As a new Digital Learning Coach I have been bombarded by educational apps and tech I did not even know existed. After filtering through these apps and getting up to speed on many, I have something worthy of shouting out to the masses. An app that has me so excited I’m giggling sinisterly like a DC comic villain… Classcraft!
Click the image above to learn more about Classcraft.
Classcraft is a digital classroom management tool which links digital assignments published using Google Classroom or Office 365 to create an avatar based world where students embark on quests to earn points and complete objectives. Classcraft allows teachers to monitor student progress, add or deduct bonus points based on behavior and/or progress, and set challenges for students and/or classes. The app is geared towards gamifying education: students complete assignments to progress through stages in order to complete a quest. A quest, set up like a unit of study, has levels (or lessons) that progress toward a final showdown (like a review) where students answer questions to defeat an enemy. Along the way students earn bonus points by working efficiently and accurately in their assignments. Additionally, the teacher can assign or deduct bonus points for classroom behavior and or special challenges.
In addition to being a management system, Classcraft gives teachers tools as well and links them to the game. See image below.
In observing a master teacher using Classcraft I observed the awesomeness this app can produce. At one point during student work, the teacher said, ‘check this out’ and activated the Makus Valley volume meter. Every student quietly said ‘Shhh! Look!!!’ and pointing to the projector. The volume meter used the teachers’ computer mic to gauge the average class volume level; a threshold and timer were set and if the students volume went over the students would lose points, if they were successfully quiet during the time they gained points. The class worked together to continually monitor their volume level and still collaborate on completing their assignments. I was blown away, the teacher didn’t have to say anything!
After the volume challenge the teacher activated the Riders of Vay tool – a pop-up, stop everything, whole group, question activity. He created the question and projected it on the screen- the whole class stopped individual work to discover what the teacher had projected. The teacher then used the Wheel of Destiny Tool to randomly select a student (or group!) to answer the question, if correct the selectee would gain bonus points for their team, if not they could lose points. It was an excellent way to gauge students learning for the lesson and provided an opportunity for the teacher to pull small group instruction to reteach students who might’ve missed the question.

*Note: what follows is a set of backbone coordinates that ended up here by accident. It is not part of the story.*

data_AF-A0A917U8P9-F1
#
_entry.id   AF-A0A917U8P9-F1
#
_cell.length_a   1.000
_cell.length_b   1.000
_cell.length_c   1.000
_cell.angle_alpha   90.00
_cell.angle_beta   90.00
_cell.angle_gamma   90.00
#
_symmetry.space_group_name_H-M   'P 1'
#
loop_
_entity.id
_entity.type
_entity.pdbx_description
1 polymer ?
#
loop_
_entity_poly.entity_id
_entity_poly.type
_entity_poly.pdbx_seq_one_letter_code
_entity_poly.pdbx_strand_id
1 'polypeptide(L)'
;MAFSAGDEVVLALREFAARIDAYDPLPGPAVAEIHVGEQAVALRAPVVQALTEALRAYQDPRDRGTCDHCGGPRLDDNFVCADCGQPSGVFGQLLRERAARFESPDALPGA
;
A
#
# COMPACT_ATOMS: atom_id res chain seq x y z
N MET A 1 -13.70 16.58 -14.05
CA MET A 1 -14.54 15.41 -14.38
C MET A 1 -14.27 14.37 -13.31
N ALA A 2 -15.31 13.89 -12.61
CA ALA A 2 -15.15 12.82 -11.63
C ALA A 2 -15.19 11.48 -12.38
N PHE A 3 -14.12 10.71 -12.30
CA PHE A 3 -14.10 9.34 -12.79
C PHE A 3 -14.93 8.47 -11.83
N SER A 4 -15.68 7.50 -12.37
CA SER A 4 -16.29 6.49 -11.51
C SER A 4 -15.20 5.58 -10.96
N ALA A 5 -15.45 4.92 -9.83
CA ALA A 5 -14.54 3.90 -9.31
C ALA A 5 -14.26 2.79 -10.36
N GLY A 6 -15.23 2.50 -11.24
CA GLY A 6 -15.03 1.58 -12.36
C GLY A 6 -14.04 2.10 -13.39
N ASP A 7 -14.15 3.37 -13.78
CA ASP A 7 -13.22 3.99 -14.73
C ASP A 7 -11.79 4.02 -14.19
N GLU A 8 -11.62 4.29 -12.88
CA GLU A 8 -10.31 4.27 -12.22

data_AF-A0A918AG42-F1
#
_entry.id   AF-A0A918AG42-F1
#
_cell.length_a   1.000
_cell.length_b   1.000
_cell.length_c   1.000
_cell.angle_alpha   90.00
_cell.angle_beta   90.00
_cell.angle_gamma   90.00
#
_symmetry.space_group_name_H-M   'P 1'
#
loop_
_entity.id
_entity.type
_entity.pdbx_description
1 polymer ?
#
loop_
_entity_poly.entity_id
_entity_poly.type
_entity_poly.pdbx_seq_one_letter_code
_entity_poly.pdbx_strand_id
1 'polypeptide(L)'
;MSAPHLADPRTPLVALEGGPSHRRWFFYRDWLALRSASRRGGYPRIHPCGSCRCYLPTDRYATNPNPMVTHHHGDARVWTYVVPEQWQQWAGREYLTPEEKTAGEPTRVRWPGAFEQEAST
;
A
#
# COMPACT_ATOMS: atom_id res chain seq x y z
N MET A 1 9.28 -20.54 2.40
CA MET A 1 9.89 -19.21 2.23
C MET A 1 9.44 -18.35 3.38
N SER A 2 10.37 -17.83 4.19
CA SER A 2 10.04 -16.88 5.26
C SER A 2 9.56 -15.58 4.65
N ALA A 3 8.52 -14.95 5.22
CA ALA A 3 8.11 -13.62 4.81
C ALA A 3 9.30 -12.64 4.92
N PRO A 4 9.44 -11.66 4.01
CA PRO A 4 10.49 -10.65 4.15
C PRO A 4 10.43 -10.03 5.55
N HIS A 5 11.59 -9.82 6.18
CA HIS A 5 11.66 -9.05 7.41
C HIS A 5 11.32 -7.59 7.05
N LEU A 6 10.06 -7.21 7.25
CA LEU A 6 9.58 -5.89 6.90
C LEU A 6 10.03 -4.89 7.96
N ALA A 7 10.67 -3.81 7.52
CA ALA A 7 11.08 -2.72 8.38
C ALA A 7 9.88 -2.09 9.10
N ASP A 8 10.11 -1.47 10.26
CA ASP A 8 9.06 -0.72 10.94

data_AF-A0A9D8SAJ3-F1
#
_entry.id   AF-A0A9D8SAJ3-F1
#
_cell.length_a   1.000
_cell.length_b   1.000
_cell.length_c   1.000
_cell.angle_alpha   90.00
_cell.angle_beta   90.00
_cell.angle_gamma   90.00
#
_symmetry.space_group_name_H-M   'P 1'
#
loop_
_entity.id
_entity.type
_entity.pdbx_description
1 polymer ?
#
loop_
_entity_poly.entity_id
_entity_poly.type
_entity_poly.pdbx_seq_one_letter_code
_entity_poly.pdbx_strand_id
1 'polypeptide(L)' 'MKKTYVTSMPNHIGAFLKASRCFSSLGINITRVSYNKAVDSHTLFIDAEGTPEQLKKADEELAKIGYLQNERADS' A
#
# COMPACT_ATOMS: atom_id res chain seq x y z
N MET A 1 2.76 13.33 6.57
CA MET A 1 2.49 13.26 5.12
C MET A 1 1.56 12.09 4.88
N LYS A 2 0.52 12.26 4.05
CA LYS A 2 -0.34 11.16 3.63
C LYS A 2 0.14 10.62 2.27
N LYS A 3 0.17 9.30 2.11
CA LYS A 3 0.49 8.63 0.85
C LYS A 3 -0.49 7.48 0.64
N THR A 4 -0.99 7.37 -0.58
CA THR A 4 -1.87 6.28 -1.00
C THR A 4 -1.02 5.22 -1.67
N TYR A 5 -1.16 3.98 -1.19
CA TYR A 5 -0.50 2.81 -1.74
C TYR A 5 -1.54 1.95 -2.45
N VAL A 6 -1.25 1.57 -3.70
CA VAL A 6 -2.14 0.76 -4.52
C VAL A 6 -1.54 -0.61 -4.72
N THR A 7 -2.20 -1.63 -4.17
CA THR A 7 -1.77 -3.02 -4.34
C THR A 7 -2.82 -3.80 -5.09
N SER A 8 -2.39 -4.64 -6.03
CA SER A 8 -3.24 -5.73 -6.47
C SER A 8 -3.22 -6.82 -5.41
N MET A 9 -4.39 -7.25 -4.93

Overall, I am blown away on how Classcraft can transform the learning environment. Students are highly engaged in their learning and eager to do their best work. Back in the day, I had been confined to using a behavior stick- a small strip of paper consisting of 10 segments of 10 points each- it totaled 100 points. If a student was misbehaving I’d walk over and tear off a 10 point section to increase awareness of student misbehavior. Classcraft goes worlds beyond this by gaining student’s interest in their avatar and game quest.
With all the praise I must confide I do not think Classcraft is for everyone. Teachers will need to effectively introduce Classcraft to their classes and know how to effectively use it (luckily, I have seen lots of tutorials online to help do these). In addition, Classcraft will not work on every student. Students who are not into video games and/or are your school’s top misbehavers may not buy into the game, after all it’s still learning focused. In addition, students who are too consumed by games may find themselves spending more time manipulating their avatar than completing lessons. The good thing is, in order to modify your avatar you need to complete work in order to gain the XP points used to modify your character.
In another thought, I also worry about the popularity of Classcraft having a negative effect on it. Currently, the cool teachers are doing it. What happens if it’s implemented by every teacher? Will kids get burnt out and stop liking it? Possibly. However, this gives room for new versions and variations of Classcraft to come out and keep things interesting. In short, I have to say even with these uncertainties Classcraft still has me extremely excited.
To find out more about whether Classcraft is right for you, click here. Please leave your comments and questions below so we can learn more about Classcraft and it’s implementation.
Argueta, S. (2018). Classroom management and Classcraft. Retrieved from https://www.smore.com/ndj4g-classroom-management-and-classcraft.
OnSpainSchool. (2018). Classroom gamification for learning Spanish. Retrieved from https://www.google.com/url?sa=i&source=images&cd=&ved=2ahUKEwi-opLa_qTeAhUIR6wKHUlrBj4QjRx6BAgBEAU&url=https%3A%2F%2Fonspainschool.com%2Fclassroom-gamification-for-learning-spanish%2F&psig=AOvVaw3UT-QH_iTMicW5a6q9O__5&ust=1540668152463610
Classcraft Studios. (2016). The class tools (suite of features). Retrieved from https://help.classcraft.com/hc/en-us/articles/115005701587-The-Class-Tools-suite-of-features-.